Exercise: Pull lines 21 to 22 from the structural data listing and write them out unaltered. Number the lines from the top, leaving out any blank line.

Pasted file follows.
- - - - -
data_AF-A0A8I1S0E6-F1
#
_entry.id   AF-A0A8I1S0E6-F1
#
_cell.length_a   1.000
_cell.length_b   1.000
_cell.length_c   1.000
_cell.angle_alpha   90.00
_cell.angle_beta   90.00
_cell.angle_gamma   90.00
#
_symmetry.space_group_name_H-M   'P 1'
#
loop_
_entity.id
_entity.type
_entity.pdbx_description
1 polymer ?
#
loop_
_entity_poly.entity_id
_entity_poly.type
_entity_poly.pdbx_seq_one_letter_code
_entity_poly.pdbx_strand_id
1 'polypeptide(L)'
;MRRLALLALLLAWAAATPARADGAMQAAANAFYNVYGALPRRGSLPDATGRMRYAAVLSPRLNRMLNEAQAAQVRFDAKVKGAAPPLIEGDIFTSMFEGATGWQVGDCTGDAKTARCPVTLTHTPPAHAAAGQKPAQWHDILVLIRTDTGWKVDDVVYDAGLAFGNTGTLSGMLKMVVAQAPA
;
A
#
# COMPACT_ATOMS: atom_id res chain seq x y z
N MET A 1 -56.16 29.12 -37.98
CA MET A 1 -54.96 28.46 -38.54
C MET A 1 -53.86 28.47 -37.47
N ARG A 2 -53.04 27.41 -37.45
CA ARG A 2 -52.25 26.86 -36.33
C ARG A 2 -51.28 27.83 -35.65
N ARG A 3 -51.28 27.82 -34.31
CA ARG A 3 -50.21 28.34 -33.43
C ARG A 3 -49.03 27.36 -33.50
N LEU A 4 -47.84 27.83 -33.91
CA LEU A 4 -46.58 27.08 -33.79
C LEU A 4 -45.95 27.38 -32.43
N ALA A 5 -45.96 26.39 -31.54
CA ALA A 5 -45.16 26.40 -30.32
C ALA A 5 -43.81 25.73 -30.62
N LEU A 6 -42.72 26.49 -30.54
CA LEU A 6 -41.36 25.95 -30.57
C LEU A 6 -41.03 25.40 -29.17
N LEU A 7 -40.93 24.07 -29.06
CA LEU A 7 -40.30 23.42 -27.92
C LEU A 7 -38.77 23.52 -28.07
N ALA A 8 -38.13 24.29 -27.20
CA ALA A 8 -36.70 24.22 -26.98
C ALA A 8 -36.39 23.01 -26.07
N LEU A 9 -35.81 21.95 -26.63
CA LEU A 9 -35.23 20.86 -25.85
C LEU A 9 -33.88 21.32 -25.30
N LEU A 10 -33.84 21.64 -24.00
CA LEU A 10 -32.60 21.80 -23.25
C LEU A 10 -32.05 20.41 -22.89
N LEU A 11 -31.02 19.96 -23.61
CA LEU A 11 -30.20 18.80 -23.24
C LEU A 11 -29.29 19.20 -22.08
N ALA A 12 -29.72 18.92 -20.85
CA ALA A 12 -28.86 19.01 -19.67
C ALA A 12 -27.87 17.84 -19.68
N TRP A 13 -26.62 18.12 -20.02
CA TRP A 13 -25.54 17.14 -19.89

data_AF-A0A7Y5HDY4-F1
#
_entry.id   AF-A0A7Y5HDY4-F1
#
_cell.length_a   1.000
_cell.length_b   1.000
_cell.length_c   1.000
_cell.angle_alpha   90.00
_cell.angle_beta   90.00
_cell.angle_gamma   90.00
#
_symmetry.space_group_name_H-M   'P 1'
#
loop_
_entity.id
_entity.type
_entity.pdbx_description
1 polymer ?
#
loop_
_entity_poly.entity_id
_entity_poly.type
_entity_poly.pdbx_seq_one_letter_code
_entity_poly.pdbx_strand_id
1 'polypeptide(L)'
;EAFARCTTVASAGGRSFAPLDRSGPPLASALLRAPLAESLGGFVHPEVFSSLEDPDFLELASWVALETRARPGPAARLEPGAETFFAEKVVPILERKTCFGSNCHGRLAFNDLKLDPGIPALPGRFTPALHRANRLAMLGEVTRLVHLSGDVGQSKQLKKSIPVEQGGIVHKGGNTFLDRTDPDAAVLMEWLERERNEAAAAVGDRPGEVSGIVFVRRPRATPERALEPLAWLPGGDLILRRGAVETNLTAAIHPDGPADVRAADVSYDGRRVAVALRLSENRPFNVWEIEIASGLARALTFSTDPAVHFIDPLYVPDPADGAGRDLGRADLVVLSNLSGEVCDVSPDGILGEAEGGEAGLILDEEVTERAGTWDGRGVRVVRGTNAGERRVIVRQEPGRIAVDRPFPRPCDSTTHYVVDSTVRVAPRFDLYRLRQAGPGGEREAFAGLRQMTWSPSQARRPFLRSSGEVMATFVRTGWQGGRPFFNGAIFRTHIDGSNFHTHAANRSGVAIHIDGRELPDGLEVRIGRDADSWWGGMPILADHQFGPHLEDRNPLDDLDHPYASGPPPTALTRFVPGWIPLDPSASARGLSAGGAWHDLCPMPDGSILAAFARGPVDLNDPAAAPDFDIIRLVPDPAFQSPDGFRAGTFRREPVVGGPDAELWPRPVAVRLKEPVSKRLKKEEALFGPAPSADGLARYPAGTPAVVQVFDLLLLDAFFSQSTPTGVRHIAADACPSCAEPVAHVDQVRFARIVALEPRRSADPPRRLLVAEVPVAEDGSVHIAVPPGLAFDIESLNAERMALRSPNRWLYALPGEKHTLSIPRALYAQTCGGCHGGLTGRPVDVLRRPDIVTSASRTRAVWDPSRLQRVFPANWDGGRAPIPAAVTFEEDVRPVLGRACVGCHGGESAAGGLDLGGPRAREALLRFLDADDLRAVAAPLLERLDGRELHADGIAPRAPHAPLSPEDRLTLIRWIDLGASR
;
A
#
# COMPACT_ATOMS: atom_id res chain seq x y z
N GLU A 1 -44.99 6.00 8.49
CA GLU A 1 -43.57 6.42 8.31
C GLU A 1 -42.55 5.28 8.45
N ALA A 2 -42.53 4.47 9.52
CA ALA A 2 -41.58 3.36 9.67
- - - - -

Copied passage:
_entity_poly.entity_id
_entity_poly.type